One more 3rd place finish and the logic will set in that if you want to beat the Tories, you must vote NDP.

    With these numbers the Tories elect only a minority. If the Liberals back Mulcair they make him seem prime ministerial. If they back Harper, their own progressive voters will wonder wtf?

    Even allowing Harper to continue with a minority on a vote by vote basis will seriously damage the Liberal brand, what is left of it.

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  7. The Liberals don't have to back either Mulcair or Harper. If both the CPC or NDP fail to form government the governor general will naturally ask the remaining choice, the Liberals to form government, provided the incumbent PM doesn't call another election. Once the Liberals form government, those ministers and shadow ministers desperate to seize power will floor-cross like crazy until the Liberals become the first party.

    And the Liberals have consistently outfundraised the NDP since 2011. If anything the NDP is actually the one losing money with their early attack ads and ads defending Mulcair.

    And the NDP vote is a light-year wide and a millimetre deep, you can expect two-thirds of their seats in QC to evaporate in the next election now that the NDP have shown their true colors to the separatists!!

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    1. I have seen wishful thinking but that takes the cake. You should write comedy.

      Ever remember Jean Lapierre or Lucien Bouchard? Every party has interesting relationships with Quebec nationalists.
      Mulcair is miles ahead of Trudeau in Quebec. Trudeaus positions are only even interesting to English and Allophone Quebecois.

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    2. Anon: Mar. 11: 18:23,

      It may not work that way. The Monarch or Governor is under no obligation to go through a list of party leaders until one forms a Government and there is no convention that would support such action.

      The premier or PM who is defeated on a motion of confidence may either resign or advise a dissolution. If the Governor accepts the resignation and appoints another PM (we assume the leader of the opposition) who then loses a confidence then he or she must resign or advise a dissolution.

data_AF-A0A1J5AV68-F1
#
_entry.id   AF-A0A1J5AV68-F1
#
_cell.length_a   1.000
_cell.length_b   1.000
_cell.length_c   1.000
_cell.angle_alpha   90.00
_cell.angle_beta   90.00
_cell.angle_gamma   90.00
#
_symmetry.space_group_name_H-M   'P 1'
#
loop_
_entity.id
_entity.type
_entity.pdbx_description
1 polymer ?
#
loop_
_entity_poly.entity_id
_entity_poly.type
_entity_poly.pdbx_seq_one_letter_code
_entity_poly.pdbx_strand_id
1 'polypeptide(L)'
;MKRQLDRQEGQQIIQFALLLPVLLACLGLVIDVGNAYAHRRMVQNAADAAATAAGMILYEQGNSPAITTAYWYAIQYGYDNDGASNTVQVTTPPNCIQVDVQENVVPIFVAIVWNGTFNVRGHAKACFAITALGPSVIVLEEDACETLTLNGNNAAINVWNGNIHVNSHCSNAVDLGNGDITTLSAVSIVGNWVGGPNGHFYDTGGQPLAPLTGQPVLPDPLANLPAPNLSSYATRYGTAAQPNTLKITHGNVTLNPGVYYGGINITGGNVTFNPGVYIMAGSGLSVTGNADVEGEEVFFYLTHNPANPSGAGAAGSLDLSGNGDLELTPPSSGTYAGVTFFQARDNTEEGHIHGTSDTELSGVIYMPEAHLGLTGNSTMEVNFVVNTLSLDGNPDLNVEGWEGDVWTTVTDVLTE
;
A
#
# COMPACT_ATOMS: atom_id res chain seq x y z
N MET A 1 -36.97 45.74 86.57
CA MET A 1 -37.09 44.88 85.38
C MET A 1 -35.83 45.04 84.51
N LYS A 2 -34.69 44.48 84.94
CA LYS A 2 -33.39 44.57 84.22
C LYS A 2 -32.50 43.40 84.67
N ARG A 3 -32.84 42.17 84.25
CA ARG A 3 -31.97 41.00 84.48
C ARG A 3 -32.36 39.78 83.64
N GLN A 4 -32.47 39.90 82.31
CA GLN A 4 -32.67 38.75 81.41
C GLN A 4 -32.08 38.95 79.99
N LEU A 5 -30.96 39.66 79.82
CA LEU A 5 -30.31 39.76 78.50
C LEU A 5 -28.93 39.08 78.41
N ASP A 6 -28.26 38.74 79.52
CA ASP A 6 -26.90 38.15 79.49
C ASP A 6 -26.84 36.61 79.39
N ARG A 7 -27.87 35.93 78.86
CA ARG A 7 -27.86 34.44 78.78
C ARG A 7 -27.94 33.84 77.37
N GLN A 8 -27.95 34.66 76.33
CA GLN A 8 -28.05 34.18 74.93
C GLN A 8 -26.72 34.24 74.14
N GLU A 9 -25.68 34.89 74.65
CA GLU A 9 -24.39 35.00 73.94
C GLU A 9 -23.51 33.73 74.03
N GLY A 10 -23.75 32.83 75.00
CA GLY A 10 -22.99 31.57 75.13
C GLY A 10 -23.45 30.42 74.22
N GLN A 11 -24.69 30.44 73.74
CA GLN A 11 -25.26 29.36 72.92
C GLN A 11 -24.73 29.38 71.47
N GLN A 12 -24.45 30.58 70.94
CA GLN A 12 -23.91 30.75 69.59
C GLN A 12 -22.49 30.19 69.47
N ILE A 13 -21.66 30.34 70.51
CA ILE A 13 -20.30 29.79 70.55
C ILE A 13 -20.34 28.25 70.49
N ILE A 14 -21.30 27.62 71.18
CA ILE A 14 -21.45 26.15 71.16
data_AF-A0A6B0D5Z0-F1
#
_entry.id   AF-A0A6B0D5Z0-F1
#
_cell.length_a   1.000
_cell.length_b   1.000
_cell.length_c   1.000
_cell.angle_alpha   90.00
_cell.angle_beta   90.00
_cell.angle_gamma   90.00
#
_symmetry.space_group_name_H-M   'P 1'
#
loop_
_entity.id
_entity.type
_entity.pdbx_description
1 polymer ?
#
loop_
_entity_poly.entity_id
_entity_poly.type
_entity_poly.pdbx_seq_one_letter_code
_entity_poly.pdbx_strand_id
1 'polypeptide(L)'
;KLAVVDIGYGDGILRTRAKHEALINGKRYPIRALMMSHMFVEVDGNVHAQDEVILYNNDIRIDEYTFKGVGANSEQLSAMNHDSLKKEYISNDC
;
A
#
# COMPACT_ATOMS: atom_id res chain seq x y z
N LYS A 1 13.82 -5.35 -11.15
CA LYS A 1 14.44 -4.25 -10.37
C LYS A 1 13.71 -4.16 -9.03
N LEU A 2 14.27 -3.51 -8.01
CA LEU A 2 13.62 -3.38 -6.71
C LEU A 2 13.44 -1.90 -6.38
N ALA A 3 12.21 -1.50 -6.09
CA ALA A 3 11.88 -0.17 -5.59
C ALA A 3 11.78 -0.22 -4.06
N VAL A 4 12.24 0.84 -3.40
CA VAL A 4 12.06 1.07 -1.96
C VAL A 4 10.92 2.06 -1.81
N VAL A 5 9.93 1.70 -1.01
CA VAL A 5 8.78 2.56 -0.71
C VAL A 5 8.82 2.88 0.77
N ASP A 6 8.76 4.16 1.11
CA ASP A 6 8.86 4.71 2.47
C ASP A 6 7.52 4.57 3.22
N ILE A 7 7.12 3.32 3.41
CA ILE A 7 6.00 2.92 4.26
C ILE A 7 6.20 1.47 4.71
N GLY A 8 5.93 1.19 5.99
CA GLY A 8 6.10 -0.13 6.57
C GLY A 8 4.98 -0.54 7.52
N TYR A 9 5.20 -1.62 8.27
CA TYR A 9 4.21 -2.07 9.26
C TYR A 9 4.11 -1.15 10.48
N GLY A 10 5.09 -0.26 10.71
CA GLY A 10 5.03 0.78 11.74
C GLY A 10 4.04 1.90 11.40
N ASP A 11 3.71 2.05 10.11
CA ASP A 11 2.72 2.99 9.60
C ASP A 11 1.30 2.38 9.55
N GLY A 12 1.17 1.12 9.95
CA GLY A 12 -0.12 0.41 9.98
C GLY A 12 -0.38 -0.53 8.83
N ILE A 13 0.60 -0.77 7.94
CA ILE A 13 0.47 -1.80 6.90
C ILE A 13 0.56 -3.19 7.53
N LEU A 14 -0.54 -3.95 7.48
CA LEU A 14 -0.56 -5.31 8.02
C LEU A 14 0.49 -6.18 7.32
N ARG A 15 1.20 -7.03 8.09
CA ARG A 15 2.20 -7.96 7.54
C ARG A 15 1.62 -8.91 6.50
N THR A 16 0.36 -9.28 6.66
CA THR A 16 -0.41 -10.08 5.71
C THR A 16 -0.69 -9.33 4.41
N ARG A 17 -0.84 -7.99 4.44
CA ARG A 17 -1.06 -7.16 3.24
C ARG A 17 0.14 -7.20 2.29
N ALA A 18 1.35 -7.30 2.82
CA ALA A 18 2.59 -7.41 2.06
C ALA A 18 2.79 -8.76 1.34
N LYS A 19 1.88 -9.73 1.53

If the two largest parties in the House can not form a government it is a bit of a stretch to assume the third party leader could do so. In the first place he would need the support of one of the larger parties-who are unlikely to be supportive after just being defeated in the House presumably by votes from the third party.

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  8. For all the talk and punditry that NDP support is in decline, Éric's projection shows the NDP gaining a seat more than they won in 2011. It's just a new distribution, with fewer seats in Qc and more in BC, the Prairies, and On...

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    1. chimurenga,

      They win an extra seat in a House of 338- 30 more than 2011!

      In relative terms they fall 3% in the House even though they win an extra seat.

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    2. not as precipitous a decline as that of the Conservatives...

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  9. I wonder what all of these declines mean for the Ibbitson/Bricker "Big Shift" theory where the Toriies win the next 40 elections?

    Geo O.

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    1. The Tories will win for a generation or two to come but, Bricker/ Ibbitson's idea of 40% and 60% self-contained voting blocks is out the window.

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  10. I dont expect them ti win for a generation. The results will be as expected around here. The population will realize that only the NDP can challenge the Torirs for government. The Liberals will then go the way of the British Liberals or those on the continent. The Liberals continued existence above 15% guarantees Harper another government.

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    1. I think the polls are almost conclusive: the NDP does not have the support or seats necessary to form government. In only a handful of polls since the last election is the NDP predicted to win a plurality.

      The NDP is actually the barrier protecting Harper. There are far more Liberal-Conservative races in Canada than NDP-Tory. The 35 seats the Liberals currently have are not enough to tip the balance and in any case there is no guarantee they would all fall to the NDP..

      It any case Mulcair is not catching on with people so it is likely we'll have a Tory government for some time to come.

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  11. Breaking News from the Toronto Star


    Former astronaut Marc Garneau quits Liberal leadership race

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  12. The game plan for the NDP is to be Whoppi Goldberg in the centre square to block.

    The NDP game plan is to hold the Liberals in 3rd place until people give up on them and shift to the NDP as the only party that can beat Harper. Libs in 3rd with Justin for 2-3 more elections they will collapse.